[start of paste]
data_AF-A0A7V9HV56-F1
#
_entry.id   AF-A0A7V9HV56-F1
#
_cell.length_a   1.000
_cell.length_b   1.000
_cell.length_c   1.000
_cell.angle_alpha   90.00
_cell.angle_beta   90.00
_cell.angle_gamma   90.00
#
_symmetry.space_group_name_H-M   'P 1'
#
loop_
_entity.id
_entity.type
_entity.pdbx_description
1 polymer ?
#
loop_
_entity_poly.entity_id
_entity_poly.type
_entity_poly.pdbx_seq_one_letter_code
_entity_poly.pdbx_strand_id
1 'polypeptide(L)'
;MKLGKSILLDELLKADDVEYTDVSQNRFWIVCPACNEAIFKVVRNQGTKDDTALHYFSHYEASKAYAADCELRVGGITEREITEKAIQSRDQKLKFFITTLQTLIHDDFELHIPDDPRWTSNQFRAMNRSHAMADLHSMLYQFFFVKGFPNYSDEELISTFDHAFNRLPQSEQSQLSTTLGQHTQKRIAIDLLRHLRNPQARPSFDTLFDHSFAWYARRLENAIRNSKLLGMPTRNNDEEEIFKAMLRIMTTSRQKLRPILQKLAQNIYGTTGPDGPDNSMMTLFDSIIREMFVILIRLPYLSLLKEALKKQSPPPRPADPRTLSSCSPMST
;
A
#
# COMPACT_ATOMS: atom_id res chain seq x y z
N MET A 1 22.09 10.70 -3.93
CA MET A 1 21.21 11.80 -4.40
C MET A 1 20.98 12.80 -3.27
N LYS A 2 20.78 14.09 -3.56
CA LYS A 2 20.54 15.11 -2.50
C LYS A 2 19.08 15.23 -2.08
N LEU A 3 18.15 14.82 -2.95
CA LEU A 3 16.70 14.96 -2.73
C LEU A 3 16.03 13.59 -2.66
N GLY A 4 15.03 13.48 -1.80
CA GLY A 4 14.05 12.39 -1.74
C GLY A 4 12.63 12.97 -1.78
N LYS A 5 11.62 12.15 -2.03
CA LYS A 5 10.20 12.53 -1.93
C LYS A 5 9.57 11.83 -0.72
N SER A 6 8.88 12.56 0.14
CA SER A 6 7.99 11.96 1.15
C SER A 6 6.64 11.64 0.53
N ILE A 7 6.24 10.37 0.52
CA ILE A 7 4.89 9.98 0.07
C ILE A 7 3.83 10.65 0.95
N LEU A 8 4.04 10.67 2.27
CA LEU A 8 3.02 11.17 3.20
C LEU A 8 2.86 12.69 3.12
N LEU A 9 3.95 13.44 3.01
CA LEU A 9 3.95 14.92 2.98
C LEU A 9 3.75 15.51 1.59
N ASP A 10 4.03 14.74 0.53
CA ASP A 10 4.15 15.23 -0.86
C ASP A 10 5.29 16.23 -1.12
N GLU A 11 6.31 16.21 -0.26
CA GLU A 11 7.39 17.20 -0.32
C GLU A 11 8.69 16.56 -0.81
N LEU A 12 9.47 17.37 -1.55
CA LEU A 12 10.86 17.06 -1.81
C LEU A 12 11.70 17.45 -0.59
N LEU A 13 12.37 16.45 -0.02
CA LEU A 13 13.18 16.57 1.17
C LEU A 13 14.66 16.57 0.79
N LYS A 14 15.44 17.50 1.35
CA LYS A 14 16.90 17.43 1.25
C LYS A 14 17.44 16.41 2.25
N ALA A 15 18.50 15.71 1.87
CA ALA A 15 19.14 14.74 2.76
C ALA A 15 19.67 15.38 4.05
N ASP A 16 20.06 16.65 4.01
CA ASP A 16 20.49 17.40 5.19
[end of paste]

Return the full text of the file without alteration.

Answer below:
data_AF-A0A7V9HV56-F1
#
_entry.id   AF-A0A7V9HV56-F1
#
_cell.length_a   1.000
_cell.length_b   1.000
_cell.length_c   1.000
_cell.angle_alpha   90.00
_cell.angle_beta   90.00
_cell.angle_gamma   90.00
#
_symmetry.space_group_name_H-M   'P 1'
#
loop_
_entity.id
_entity.type
_entity.pdbx_description
1 polymer ?
#
loop_
_entity_poly.entity_id
_entity_poly.type
_entity_poly.pdbx_seq_one_letter_code
_entity_poly.pdbx_strand_id
1 'polypeptide(L)'
;MKLGKSILLDELLKADDVEYTDVSQNRFWIVCPACNEAIFKVVRNQGTKDDTALHYFSHYEASKAYAADCELRVGGITEREITEKAIQSRDQKLKFFITTLQTLIHDDFELHIPDDPRWTSNQFRAMNRSHAMADLHSMLYQFFFVKGFPNYSDEELISTFDHAFNRLPQSEQSQLSTTLGQHTQKRIAIDLLRHLRNPQARPSFDTLFDHSFAWYARRLENAIRNSKLLGMPTRNNDEEEIFKAMLRIMTTSRQKLRPILQKLAQNIYGTTGPDGPDNSMMTLFDSIIREMFVILIRLPYLSLLKEALKKQSPPPRPADPRTLSSCSPMST
;
A
#
# COMPACT_ATOMS: atom_id res chain seq x y z
N MET A 1 22.09 10.70 -3.93
CA MET A 1 21.21 11.80 -4.40
C MET A 1 20.98 12.80 -3.27
N LYS A 2 20.78 14.09 -3.56
CA LYS A 2 20.54 15.11 -2.50
C LYS A 2 19.08 15.23 -2.08
N LEU A 3 18.15 14.82 -2.95
CA LEU A 3 16.70 14.96 -2.73
C LEU A 3 16.03 13.59 -2.66
N GLY A 4 15.03 13.48 -1.80
CA GLY A 4 14.05 12.39 -1.74
C GLY A 4 12.63 12.97 -1.78
N LYS A 5 11.62 12.15 -2.03
CA LYS A 5 10.20 12.53 -1.93
C LYS A 5 9.57 11.83 -0.72
N SER A 6 8.88 12.56 0.14
CA SER A 6 7.99 11.96 1.15
C SER A 6 6.64 11.64 0.53
N ILE A 7 6.24 10.37 0.52
CA ILE A 7 4.89 9.98 0.07
C ILE A 7 3.83 10.65 0.95
N LEU A 8 4.04 10.67 2.27
CA LEU A 8 3.02 11.17 3.20
C LEU A 8 2.86 12.69 3.12
N LEU A 9 3.95 13.44 3.01
CA LEU A 9 3.95 14.92 2.98
C LEU A 9 3.75 15.51 1.59
N ASP A 10 4.03 14.74 0.53
CA ASP A 10 4.15 15.23 -0.86
C ASP A 10 5.29 16.23 -1.12
N GLU A 11 6.31 16.21 -0.26
CA GLU A 11 7.39 17.20 -0.32
C GLU A 11 8.69 16.56 -0.81
N LEU A 12 9.47 17.37 -1.55
CA LEU A 12 10.86 17.06 -1.81
C LEU A 12 11.70 17.45 -0.59
N LEU A 13 12.37 16.45 -0.02
CA LEU A 13 13.18 16.57 1.17
C LEU A 13 14.66 16.57 0.79
N LYS A 14 15.44 17.50 1.35
CA LYS A 14 16.90 17.43 1.25
C LYS A 14 17.44 16.41 2.25
N ALA A 15 18.50 15.71 1.87
CA ALA A 15 19.14 14.74 2.76
C ALA A 15 19.67 15.38 4.05
N ASP A 16 20.06 16.65 4.01
CA ASP A 16 20.49 17.40 5.19